Mr Justin Chew, a member of the board, said it has left pricing up to the hotels as it wants to take a pro-business approach, much like other major cities such as Hong Kong, London, New York and Sydney.

Under the tighter rules, new transit hotels will also have to come up with security and preventive measures, like installing surveillance cameras in common areas or deploying security guards. For new hotels setting up in residential areas, the hotel will also be required to ‘engage the community and respond to concerns from residents’, said Mr Chew.

In January last year, the HLB banned all hotels in heritage-rich Joo Chiat from offering hourly rates, to curb vice activities.

If a hotel is found to be involved in such activities, the board can revoke its licence.

This is still scant comfort to residents in Tiong Bahru, who raised a stinker last June when construction for a Hotel 81 in Eng Hoon Street began.

That hotel – Hotel 81 Osaka – charges $50 for three hours, and another budget hotel in Seng Poh Road, New Cape Inn, charges $30 for two hours.

Residents and businesses say since Hotel 81 Osaka opened its doors, they have noticed girls standing by the road, as early as in the afternoon.

‘I don’t approve of them, but I’m resigned to them being here. There’ll be an increase in vice for sure; it’s just a matter of time,’ said self-employed businessman John Tan, 50.

Residents say they are afraid that the situation will worsen over time and the two transit hotels will mar the reputation of an area rich with heritage and history. Some are even contemplating moving.

When contacted, Hotel 81′s general manager Chu Poh Yong declined to comment. Fragrance Hotel’s management could not be reached, although when approached, a spokesman for its Kovan hotel said: ‘We’re running a normal, credible business here, and we have received no complaints from residents or businesses.’

Madam Cynthia Phua, an MP for Aljunied GRC which covers Kovan, said the women who ply the area do not openly solicit but operate through the Internet. That resulted in a police operation on April 1 that nabbed 12 female Chinese nationals for vice-related offences in the rooms of both Fragrance Hotel Kovan and Hotel 81 Kovan.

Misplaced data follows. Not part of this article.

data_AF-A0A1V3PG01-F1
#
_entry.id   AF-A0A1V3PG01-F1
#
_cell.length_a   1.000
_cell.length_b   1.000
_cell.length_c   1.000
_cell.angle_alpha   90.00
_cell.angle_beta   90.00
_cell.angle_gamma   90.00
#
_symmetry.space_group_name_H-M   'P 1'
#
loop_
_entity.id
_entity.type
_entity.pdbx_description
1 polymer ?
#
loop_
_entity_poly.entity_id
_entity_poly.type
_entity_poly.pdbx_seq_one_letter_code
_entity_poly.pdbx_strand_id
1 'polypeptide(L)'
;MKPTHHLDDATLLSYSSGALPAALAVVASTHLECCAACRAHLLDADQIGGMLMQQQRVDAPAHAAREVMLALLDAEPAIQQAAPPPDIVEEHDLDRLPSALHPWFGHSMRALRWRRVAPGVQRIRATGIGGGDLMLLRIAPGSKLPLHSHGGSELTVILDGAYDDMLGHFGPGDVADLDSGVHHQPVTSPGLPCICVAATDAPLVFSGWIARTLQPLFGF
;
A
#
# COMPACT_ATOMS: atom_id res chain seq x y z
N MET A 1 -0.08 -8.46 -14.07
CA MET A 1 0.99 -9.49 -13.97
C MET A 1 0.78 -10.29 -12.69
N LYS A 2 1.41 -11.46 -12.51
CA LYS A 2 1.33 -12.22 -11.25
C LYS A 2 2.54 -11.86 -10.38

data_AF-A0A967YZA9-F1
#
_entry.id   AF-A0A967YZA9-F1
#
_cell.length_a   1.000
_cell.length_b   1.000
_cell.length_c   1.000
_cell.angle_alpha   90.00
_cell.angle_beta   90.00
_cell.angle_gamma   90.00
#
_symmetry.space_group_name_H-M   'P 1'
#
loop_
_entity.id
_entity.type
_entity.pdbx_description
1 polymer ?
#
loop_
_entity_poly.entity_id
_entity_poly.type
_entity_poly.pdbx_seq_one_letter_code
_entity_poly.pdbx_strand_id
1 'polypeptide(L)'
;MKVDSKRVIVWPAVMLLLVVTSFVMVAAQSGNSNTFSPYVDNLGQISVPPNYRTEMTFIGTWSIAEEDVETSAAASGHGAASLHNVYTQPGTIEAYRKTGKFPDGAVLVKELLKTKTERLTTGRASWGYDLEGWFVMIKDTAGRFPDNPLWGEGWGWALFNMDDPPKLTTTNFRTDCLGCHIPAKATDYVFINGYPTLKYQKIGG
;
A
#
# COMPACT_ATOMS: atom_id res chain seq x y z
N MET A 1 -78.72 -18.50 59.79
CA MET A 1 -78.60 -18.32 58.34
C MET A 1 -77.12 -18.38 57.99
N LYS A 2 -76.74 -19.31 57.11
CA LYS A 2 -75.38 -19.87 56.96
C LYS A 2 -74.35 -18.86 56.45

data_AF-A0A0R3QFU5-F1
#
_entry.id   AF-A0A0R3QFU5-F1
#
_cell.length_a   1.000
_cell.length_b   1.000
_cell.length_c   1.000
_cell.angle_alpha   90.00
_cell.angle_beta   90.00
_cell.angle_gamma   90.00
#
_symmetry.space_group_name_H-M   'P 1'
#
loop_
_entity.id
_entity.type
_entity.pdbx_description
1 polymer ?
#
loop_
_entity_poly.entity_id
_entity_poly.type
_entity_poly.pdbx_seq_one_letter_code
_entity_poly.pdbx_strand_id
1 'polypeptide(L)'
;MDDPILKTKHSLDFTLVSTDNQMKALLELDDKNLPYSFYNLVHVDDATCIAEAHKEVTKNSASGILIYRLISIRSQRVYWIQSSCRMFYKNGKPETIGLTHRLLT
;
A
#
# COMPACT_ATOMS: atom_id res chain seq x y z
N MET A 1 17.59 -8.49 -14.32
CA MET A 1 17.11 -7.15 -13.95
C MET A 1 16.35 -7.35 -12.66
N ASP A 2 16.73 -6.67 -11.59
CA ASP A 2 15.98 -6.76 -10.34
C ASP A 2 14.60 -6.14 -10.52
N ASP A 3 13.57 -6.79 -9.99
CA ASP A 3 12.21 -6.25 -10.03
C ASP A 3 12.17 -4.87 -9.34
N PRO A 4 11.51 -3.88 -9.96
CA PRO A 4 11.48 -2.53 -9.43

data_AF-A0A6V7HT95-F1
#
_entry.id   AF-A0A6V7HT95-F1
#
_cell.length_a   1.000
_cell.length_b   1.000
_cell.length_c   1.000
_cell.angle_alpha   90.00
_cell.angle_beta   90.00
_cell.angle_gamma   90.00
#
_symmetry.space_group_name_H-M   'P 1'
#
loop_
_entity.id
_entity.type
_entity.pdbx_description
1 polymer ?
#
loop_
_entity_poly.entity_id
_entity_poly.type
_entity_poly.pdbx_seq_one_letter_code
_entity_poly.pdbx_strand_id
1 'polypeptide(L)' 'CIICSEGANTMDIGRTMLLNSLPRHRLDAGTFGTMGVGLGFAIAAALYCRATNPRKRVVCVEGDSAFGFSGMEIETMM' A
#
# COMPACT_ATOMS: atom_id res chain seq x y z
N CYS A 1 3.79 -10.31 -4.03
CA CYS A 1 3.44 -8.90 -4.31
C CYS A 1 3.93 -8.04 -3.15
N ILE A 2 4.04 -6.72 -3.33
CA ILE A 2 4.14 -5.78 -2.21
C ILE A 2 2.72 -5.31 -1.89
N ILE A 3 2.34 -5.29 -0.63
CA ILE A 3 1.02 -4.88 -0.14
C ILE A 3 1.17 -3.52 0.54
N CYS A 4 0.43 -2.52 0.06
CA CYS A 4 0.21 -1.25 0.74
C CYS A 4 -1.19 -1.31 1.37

The hotels have since employed round-the-clock security guards to patrol the vicinity and will alert the police if they notice women out for business.

The efforts seem to be working, for now. When The Sunday Times was there last Friday night, a security guard was sitting at the back entrance of Fragrance Hotel and no women were spotted loitering along the sidewalk.

Madam Phua said the Land Transport Authority has also put in central dividers and zigzag lines to deter cars from parking in the residential areas.

She said the hotels say they cater to companies whose regional staff visit their factories nearby for training purposes.

Even so, residents are still insistent that budget hotels have no business in a largely residential area.

‘There aren’t many foreigners or attractions in this area, so why put a hotel here? It’s indirectly encouraging hanky-panky. If they want a budget hotel for visitors, it should be located somewhere with a direct link to the airport,’ said interior designer David Wong, 39, who has lived in the Kovan area for 29 years.

An Urban Redevelopment Authority spokesman said both the Hotel 81 and Fragrance Hotel sites in Upper Serangoon Road are zoned as commercial and residential land, which also allows for hotel development.

The land planning and regulatory authority had approved the two hotel developments as they were within a mixed-use area with shops, eateries and places of worship.

Still, Madam Phua intends to bring up the issue at the next Parliament sitting.

‘I’ve also asked the hotels if they can do away with the hourly rates. That’s my appeal to them as an MP,’ she said.

Source: Sunday Times, 18 Apr 2010